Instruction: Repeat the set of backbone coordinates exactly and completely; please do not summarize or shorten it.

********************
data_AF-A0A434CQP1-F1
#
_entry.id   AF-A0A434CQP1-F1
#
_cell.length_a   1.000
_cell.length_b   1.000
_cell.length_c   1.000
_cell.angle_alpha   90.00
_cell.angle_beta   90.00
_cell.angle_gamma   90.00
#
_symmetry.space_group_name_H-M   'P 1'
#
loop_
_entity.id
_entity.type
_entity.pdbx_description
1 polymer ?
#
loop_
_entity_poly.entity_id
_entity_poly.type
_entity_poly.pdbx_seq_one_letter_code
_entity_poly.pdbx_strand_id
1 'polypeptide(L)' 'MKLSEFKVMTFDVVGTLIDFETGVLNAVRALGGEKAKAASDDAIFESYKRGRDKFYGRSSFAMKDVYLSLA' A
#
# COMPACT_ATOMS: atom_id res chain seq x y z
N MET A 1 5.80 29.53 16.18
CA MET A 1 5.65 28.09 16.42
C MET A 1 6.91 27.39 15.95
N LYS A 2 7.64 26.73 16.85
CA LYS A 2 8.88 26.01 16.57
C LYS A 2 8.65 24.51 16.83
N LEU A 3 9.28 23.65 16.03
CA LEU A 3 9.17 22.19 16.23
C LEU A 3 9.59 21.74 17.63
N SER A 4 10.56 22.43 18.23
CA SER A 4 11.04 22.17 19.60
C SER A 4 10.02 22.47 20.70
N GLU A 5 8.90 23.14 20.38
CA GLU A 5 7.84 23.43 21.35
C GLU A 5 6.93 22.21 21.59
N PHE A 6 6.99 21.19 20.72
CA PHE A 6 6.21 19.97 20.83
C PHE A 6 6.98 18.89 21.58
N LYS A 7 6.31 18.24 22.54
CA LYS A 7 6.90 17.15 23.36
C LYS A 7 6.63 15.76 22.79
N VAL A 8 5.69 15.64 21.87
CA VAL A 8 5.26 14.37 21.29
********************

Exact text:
data_AF-A0A434CQP1-F1
#
_entry.id   AF-A0A434CQP1-F1
#
_cell.length_a   1.000
_cell.length_b   1.000
_cell.length_c   1.000
_cell.angle_alpha   90.00
_cell.angle_beta   90.00
_cell.angle_gamma   90.00
#
_symmetry.space_group_name_H-M   'P 1'
#
loop_
_entity.id
_entity.type
_entity.pdbx_description
1 polymer ?
#
loop_
_entity_poly.entity_id
_entity_poly.type
_entity_poly.pdbx_seq_one_letter_code
_entity_poly.pdbx_strand_id
1 'polypeptide(L)' 'MKLSEFKVMTFDVVGTLIDFETGVLNAVRALGGEKAKAASDDAIFESYKRGRDKFYGRSSFAMKDVYLSLA' A
#
# COMPACT_ATOMS: atom_id res chain seq x y z
N MET A 1 5.80 29.53 16.18
CA MET A 1 5.65 28.09 16.42
C MET A 1 6.91 27.39 15.95
N LYS A 2 7.64 26.73 16.85
CA LYS A 2 8.88 26.01 16.57
C LYS A 2 8.65 24.51 16.83
N LEU A 3 9.28 23.65 16.03
CA LEU A 3 9.17 22.19 16.23
C LEU A 3 9.59 21.74 17.63
N SER A 4 10.56 22.43 18.23
CA SER A 4 11.04 22.17 19.60
C SER A 4 10.02 22.47 20.70
N GLU A 5 8.90 23.14 20.38
CA GLU A 5 7.84 23.43 21.35
C GLU A 5 6.93 22.21 21.59
N PHE A 6 6.99 21.19 20.72
CA PHE A 6 6.21 19.97 20.83
C PHE A 6 6.98 18.89 21.58
N LYS A 7 6.31 18.24 22.54
CA LYS A 7 6.90 17.15 23.36
C LYS A 7 6.63 15.76 22.79
N VAL A 8 5.69 15.64 21.87
CA VAL A 8 5.26 14.37 21.29